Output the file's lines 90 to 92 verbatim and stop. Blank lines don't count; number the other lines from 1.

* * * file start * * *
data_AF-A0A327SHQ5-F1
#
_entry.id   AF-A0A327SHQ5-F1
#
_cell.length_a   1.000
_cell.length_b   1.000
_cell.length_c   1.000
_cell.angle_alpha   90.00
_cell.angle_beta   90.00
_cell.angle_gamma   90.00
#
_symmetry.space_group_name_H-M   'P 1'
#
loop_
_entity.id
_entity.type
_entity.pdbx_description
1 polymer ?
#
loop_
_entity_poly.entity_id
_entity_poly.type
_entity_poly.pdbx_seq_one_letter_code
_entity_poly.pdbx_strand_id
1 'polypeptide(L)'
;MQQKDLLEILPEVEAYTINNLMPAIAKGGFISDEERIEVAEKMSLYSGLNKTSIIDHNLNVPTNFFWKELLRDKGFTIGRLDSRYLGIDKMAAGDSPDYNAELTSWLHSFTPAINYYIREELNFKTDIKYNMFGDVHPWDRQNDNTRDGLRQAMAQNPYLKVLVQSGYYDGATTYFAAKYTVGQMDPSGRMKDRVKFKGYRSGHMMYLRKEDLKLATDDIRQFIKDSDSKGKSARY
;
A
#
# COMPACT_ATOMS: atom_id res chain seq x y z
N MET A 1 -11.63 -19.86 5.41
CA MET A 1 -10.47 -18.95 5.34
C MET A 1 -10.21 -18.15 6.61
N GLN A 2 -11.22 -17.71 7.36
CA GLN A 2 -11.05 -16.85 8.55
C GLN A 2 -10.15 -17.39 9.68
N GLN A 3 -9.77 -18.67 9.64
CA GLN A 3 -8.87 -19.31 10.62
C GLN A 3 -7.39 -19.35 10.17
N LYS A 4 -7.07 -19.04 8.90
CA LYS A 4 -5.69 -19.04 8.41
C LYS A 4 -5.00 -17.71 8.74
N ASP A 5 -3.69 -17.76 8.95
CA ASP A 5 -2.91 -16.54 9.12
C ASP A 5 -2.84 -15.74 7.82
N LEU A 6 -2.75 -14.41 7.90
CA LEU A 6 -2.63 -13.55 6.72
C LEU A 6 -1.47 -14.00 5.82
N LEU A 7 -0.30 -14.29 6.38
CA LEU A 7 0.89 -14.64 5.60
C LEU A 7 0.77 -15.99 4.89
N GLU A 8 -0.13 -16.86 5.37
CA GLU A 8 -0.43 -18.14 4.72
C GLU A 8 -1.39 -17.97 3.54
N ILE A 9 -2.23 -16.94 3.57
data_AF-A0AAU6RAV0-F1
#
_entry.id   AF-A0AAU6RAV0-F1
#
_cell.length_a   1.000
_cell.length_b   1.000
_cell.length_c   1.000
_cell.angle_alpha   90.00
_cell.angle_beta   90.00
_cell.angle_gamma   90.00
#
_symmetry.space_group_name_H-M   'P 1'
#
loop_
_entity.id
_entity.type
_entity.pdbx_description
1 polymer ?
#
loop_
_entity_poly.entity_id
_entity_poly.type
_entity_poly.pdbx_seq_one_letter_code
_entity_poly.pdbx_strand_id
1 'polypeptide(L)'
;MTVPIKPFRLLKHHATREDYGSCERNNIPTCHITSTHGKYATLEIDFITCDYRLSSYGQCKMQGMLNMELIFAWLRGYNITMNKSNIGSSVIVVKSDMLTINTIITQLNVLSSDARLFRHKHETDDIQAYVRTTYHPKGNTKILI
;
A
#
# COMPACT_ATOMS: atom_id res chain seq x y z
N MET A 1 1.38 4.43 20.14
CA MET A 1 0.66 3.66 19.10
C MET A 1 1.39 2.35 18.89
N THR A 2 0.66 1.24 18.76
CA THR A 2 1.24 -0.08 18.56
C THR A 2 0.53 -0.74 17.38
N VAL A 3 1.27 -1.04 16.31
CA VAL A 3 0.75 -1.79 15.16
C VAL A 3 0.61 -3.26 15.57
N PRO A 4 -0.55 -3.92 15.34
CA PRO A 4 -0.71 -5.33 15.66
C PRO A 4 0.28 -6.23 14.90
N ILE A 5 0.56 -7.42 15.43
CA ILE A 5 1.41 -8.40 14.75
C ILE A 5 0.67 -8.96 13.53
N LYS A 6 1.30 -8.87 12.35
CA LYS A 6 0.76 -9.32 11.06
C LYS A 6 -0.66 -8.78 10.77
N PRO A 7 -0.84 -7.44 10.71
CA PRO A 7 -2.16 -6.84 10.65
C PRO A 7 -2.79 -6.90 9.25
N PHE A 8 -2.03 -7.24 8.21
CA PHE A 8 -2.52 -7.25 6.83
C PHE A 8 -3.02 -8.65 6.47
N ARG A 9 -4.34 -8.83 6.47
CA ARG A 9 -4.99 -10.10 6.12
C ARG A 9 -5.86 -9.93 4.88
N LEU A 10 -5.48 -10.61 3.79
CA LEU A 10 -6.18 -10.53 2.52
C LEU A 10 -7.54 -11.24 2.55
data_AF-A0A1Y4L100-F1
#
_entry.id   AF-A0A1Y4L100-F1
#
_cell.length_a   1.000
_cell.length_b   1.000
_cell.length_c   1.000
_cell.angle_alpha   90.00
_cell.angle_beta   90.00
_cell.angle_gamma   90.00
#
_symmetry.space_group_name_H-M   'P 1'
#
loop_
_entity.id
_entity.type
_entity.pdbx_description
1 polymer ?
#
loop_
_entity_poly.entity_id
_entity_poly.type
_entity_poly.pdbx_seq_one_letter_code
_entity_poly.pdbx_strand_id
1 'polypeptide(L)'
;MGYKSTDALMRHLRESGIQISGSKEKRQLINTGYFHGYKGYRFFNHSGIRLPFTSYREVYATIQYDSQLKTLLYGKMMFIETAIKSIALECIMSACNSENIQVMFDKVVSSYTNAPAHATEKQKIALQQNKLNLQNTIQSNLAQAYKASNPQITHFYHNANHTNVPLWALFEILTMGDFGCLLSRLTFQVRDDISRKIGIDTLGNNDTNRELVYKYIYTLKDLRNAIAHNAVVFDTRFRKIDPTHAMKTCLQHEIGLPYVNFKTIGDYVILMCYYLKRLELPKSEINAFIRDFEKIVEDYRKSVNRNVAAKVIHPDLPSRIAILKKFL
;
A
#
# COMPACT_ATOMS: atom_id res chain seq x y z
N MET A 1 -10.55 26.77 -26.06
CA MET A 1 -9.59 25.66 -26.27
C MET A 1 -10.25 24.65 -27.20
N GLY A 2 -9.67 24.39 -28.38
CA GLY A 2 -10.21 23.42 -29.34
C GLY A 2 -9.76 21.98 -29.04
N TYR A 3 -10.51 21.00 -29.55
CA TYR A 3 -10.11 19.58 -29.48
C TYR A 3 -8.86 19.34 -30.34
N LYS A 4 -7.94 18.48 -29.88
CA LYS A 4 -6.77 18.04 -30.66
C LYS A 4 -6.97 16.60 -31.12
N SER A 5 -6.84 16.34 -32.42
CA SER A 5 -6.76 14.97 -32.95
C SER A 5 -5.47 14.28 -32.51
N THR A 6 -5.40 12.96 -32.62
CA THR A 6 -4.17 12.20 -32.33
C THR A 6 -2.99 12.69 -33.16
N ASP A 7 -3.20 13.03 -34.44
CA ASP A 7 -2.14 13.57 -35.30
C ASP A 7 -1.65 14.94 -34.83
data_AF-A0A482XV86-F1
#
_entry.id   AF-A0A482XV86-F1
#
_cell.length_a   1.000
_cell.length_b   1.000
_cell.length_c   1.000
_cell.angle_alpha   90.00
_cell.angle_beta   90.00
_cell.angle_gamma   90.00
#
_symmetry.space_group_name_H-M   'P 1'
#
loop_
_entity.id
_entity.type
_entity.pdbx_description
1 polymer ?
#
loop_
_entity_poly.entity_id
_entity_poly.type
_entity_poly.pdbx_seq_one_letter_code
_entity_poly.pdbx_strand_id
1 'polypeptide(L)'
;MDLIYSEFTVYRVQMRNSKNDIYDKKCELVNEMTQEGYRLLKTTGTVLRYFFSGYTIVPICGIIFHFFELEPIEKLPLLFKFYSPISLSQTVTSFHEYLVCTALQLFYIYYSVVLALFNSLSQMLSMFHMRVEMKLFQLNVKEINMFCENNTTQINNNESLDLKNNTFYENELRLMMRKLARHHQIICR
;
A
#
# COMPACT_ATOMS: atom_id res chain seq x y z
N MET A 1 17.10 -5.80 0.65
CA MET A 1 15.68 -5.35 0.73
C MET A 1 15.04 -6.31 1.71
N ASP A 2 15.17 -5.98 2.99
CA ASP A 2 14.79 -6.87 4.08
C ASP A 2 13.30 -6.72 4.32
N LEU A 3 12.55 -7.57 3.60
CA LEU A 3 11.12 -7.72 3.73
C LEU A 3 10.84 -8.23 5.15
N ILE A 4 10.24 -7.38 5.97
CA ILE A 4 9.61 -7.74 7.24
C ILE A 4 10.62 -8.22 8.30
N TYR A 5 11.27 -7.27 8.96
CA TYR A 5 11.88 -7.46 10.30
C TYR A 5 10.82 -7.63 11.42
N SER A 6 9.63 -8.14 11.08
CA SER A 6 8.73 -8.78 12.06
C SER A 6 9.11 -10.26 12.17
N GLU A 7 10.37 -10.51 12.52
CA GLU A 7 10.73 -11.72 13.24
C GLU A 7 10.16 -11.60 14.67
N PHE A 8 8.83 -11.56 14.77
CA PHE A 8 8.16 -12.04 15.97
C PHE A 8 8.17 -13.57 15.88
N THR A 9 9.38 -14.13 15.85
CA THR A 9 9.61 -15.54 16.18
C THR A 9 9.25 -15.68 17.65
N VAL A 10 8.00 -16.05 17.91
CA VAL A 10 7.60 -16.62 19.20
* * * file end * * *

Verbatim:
CA THR A 2 1.24 -0.08 18.56
C THR A 2 0.53 -0.74 17.38
N VAL A 3 1.27 -1.04 16.31